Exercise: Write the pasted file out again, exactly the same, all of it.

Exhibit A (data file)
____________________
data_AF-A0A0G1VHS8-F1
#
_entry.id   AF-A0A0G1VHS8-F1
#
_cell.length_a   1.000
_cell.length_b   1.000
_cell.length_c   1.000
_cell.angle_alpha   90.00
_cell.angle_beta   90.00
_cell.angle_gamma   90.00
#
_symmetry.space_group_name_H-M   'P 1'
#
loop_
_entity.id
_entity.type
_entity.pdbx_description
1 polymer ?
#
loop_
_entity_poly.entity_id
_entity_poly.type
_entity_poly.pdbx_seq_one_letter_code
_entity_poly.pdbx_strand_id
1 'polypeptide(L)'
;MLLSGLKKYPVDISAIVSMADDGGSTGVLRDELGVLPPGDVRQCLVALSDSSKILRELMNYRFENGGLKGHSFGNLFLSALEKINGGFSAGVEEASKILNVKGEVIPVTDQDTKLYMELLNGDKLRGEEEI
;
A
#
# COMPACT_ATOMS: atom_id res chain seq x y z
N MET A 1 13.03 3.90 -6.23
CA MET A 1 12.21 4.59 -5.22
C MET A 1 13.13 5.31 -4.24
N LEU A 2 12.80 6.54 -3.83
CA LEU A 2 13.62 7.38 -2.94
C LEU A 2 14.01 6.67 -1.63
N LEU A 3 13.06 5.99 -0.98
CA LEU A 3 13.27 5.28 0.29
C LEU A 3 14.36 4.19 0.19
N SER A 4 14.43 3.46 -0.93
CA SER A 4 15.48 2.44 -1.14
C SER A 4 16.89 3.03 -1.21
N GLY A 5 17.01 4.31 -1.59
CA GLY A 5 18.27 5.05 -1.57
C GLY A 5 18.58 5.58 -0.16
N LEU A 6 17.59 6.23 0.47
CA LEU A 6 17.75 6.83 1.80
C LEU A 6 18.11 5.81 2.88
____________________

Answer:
data_AF-A0A0G1VHS8-F1
#
_entry.id   AF-A0A0G1VHS8-F1
#
_cell.length_a   1.000
_cell.length_b   1.000
_cell.length_c   1.000
_cell.angle_alpha   90.00
_cell.angle_beta   90.00
_cell.angle_gamma   90.00
#
_symmetry.space_group_name_H-M   'P 1'
#
loop_
_entity.id
_entity.type
_entity.pdbx_description
1 polymer ?
#
loop_
_entity_poly.entity_id
_entity_poly.type
_entity_poly.pdbx_seq_one_letter_code
_entity_poly.pdbx_strand_id
1 'polypeptide(L)'
;MLLSGLKKYPVDISAIVSMADDGGSTGVLRDELGVLPPGDVRQCLVALSDSSKILRELMNYRFENGGLKGHSFGNLFLSALEKINGGFSAGVEEASKILNVKGEVIPVTDQDTKLYMELLNGDKLRGEEEI
;
A
#
# COMPACT_ATOMS: atom_id res chain seq x y z
N MET A 1 13.03 3.90 -6.23
CA MET A 1 12.21 4.59 -5.22
C MET A 1 13.13 5.31 -4.24
N LEU A 2 12.80 6.54 -3.83
CA LEU A 2 13.62 7.38 -2.94
C LEU A 2 14.01 6.67 -1.63
N LEU A 3 13.06 5.99 -0.98
CA LEU A 3 13.27 5.28 0.29
C LEU A 3 14.36 4.19 0.19
N SER A 4 14.43 3.46 -0.93
CA SER A 4 15.48 2.44 -1.14
C SER A 4 16.89 3.03 -1.21
N GLY A 5 17.01 4.31 -1.59
CA GLY A 5 18.27 5.05 -1.57
C GLY A 5 18.58 5.58 -0.16
N LEU A 6 17.59 6.23 0.47
CA LEU A 6 17.75 6.83 1.80
C LEU A 6 18.11 5.81 2.88